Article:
"Thomas P. Merwin, then one of the young dry goods merchants of the city, occupying the double store on Chapel street, adjoining the New Haven National bank, was married to Harriett A. Warner, daughter of Gaius F. Warner, the malleable iron manufacturer, by the Rev. William T. Eustis, pastor of that church, who was then one of the most popular preachers in the city. Four children have blessed that union, all of whom are living in this city to congratulate this couple upon fifty years of their happy married life. Mr. and Mrs. Merwin established their home on College street, enlarging the same from time to time as the growing family necessitated, where they still reside."
"A culture that is primarily visual leaves no trace of its passage. It is unrecordable. Knowing this, it's still possible to get fragments of narratives, to imagine a grander architecture from the imprints of a crumbling building, and to reconstruct a small look at the past -- albeit inevitably colored by the present, by nostalgia and television and regret."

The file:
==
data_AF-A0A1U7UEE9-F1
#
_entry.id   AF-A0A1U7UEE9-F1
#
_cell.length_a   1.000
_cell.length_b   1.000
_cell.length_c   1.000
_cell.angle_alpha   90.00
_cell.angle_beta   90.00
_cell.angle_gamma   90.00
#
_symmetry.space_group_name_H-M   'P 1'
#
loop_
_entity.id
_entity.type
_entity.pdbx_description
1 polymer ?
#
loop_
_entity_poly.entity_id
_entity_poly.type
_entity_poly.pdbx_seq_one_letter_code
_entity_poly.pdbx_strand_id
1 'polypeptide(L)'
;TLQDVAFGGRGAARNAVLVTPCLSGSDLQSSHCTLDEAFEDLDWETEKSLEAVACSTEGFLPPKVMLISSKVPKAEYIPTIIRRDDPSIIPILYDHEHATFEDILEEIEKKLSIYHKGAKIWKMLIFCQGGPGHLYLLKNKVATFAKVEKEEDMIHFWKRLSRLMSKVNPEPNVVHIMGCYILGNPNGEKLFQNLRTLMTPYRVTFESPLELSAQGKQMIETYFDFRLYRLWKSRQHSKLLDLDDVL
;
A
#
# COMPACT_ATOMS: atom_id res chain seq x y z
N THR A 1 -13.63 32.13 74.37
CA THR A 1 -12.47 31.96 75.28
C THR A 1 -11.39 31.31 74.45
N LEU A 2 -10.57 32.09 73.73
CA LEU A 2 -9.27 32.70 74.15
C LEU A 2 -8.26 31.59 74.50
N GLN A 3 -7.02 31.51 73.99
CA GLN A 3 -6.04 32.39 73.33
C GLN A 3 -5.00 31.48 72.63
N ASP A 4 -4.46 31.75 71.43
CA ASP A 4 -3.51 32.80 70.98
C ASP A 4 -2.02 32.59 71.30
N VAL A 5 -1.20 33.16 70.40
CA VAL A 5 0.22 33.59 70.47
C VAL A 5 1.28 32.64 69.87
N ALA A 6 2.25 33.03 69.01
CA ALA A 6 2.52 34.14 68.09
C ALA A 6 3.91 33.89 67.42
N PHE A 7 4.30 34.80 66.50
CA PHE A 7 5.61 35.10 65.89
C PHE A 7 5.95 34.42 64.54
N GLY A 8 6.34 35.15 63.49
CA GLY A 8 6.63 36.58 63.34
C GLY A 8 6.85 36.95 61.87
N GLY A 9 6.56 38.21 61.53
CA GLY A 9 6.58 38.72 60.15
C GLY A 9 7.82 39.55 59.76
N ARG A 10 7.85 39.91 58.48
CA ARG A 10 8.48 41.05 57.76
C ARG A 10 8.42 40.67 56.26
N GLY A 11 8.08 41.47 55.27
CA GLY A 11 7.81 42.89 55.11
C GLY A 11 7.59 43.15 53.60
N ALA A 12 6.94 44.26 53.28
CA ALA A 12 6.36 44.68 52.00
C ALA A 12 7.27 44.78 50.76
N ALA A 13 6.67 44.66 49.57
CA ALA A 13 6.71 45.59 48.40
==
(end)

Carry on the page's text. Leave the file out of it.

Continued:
"Piano rags filled the air as waiters and waitresses bedecked in Gay Nineties clothing served the libations. A woman in a bear costume mingled with the crowd; a mime 'sang' songs of the era. Outside, a horse hitched to a carriage whinnied in the crisp, winter night. And who was in the carriage, trotting dignitaries up and down the street? Who else but Joel Schiavone, New Haven's flashiest developer, a flamboyant 46-year-old who believes -- and proves -- that showmanship is as much an ingredient of success as business sense."